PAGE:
Nos. 3-92-0801, 3-92-0836 cons.
Opinion filed August 17, 1993.
Appeal from the Circuit Court of Marshall County; the Hon. Robert A. Barnes, Jr., Judge, presiding.
Barash, Stoerzbach Henson, of Galesburg (John W. Robertson, of counsel), for McKenzie Dredging Company, Inc.
Law Office of Kevin R. Galley, of Lacon (Kevin R. Galley, of counsel), for Deneen River Company, Inc., et al.
Plaintiff McKenzie Dredging Company entered into a joint venture agreement with Deneen River Company (Deneen) to do construction work on navigational locks at Quincy, Illinois, and Saverton, Missouri, for the Army Corps of Engineers. After completion of the project, plaintiff filed an action for an accounting and other damages against Deneen. While the suit was pending, Deneen sold its assets and the corporation was dissolved. Melvin, Justine, Vernon and Charlene Budd, the former shareholders of Deneen, were then joined as defendants. Following a bench trial, the trial court entered a judgment in favor of plaintiff for $44,174.77. Plaintiff's sole issue on appeal is its claim that the court erred in denying its request for prejudgment interest. Defendants have also appealed, contending that the trial court erred by: (1) disallowing payment of $53,050 to Melvin Budd, Sr., for supervising the project; and (2) disallowing payment for use of Deneen's "floating plant" (barge, crane, tugboat, etc.) and equipment. We affirm.
The joint venture agreement was entered into by the parties on October 25, 1985. The agreement provided for, inter alia, the allocation of personnel expenses, out-of-pocket expenses and the rental of construction equipment and "floating plant" used on the project. After allocation of these charges, the parties were to equally divide any profits or loss. The agreement also provided that William Ashton, the engineer of the project, was to act as arbitrator of any disputes and as trustee of any payments made by the Corps of Engineers. Ashton did not act in either capacity, however, and the payments made by the Corps of Engineers were deposited in Deneen's general account. These payments totalled $626,982.55, and Deneen paid plaintiff $84,412.85.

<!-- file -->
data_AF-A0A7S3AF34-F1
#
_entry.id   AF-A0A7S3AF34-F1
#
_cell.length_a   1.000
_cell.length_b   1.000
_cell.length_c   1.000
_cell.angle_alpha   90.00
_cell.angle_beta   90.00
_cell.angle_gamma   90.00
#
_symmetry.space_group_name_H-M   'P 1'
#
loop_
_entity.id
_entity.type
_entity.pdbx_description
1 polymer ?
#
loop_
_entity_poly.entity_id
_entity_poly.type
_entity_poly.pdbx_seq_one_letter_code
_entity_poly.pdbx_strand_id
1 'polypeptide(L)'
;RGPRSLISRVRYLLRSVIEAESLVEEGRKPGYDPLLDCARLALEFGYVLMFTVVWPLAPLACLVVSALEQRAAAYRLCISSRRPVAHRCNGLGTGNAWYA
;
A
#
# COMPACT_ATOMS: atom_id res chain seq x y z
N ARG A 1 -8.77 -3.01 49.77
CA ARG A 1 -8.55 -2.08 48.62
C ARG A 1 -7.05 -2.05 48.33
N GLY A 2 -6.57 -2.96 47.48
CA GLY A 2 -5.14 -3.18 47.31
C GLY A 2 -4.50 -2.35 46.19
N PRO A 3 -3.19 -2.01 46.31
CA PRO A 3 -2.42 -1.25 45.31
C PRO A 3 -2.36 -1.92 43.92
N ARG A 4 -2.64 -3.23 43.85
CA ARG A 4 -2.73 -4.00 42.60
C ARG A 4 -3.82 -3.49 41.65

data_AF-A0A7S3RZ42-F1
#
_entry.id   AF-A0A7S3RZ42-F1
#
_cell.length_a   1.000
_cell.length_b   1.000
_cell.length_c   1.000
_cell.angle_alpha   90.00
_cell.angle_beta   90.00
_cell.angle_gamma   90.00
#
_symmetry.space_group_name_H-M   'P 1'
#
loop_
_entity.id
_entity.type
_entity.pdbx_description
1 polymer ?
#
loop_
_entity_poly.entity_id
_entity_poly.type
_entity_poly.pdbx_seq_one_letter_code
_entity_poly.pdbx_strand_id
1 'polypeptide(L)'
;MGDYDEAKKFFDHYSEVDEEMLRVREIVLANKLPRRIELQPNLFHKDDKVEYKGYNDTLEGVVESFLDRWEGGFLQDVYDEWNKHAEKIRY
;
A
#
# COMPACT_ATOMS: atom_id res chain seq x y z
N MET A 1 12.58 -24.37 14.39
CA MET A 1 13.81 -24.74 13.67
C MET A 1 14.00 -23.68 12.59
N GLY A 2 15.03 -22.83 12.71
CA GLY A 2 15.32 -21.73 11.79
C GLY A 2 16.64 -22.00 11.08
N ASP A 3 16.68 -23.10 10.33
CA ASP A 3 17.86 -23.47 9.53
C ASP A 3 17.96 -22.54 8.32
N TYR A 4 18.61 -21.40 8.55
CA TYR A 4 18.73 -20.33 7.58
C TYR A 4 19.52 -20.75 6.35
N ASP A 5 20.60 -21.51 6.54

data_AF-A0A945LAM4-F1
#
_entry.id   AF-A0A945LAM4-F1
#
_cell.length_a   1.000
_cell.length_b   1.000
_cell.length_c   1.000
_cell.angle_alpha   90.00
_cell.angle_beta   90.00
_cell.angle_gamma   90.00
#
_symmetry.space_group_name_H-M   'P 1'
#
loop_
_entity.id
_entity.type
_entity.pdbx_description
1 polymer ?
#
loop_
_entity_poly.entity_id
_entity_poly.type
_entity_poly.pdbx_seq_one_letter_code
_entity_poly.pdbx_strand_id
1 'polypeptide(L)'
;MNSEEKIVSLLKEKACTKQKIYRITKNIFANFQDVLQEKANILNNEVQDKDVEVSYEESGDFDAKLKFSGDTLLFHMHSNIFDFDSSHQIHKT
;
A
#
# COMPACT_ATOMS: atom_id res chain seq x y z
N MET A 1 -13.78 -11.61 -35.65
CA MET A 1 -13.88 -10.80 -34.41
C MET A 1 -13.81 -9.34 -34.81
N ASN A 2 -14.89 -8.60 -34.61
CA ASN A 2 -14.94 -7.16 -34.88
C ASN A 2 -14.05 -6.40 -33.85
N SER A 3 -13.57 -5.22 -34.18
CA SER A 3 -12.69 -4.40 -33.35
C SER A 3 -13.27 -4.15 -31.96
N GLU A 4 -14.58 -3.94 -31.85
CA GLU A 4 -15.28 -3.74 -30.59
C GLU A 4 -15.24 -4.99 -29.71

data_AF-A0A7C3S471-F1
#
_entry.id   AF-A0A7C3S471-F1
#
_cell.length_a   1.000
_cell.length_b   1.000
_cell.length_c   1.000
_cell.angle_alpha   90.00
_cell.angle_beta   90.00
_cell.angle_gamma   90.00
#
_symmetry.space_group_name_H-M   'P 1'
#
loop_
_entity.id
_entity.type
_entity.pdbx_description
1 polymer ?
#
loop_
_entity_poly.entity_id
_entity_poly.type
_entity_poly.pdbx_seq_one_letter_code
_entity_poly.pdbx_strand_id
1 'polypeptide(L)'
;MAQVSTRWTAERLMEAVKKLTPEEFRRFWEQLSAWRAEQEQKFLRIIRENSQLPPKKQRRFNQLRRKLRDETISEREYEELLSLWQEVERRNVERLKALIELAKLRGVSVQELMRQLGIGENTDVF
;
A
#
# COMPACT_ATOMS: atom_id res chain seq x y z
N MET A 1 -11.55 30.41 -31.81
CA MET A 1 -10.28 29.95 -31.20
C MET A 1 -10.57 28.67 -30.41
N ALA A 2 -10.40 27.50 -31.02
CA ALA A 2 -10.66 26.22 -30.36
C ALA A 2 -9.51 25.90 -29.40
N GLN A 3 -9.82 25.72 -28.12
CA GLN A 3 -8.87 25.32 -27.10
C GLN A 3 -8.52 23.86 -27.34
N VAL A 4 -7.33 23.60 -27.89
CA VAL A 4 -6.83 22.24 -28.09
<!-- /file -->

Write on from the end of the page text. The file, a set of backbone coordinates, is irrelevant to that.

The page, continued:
After the project was completed in September of 1986, Deneen hired accountant Clyde Martin to prepare a cost summary of the job. Martin did not include charges for the rental of plaintiff's floating plant, even though such charges were expressly provided for in the joint venture agreement. Martin did allow, however, rental charges for the use of Deneen's floating plant. Martin concluded that the project lost money and that plaintiff owned Deneen over $78,000.
Gene Ginoli, a certified public accountant, was Martin's employer. Ginoli reviewed Martin's work but he did not independently verify it. Ginoli testified that they were instructed to cost the job out without regard to the joint venture agreement because Melvin Budd, Sr., president of Deneen, felt that the agreement had been substantially violated.
Cecil Cox, a certified public accountant, testified for plaintiff. Cox concluded that the project lost $277,643.66 if owned equipment and floating plant rentals were allowed to both parties. According to Cox, if these charges were allowed, plaintiff was owed $145,531.60. If these charges were disallowed, however, the project earned a profit of $120,303 and plaintiff was owed $67,429.21.
After six days of testimony, the trial concluded on May 24, 1992, and the trial court issued a letter of opinion on August 7, 1992. The court found in favor of plaintiff for $52,691.52, but it rejected plaintiff's request for prejudgment interest. The court stated that the agreement did not provide for interest and "the history of the agreement would not seem to justify the same." The court also noted that Ashton's refusal to act as arbitrator was beyond the control of the parties. Both plaintiff and the defendants filed post-trial motions and the court issued its final order on September 30, 1992. The court corrected a computational error and entered judgment in favor of plaintiff for $44,174.77. The court again denied plaintiff's claim for prejudgment interest, finding that the amount owed was disputed and that there was no showing that Melvin Budd, Sr., was not acting in good faith and with a reasonable belief in his position. The court also noted that the litigation was controlled by the plaintiff, that a bench trial may be called to hearing in Marshall County within 30 to 45 days, and that to allow plaintiff "to proceed with this matter for over five years and then claim interest would not seem to be well founded." As indicated earlier, both plaintiff and defendants have appealed from the trial court's order.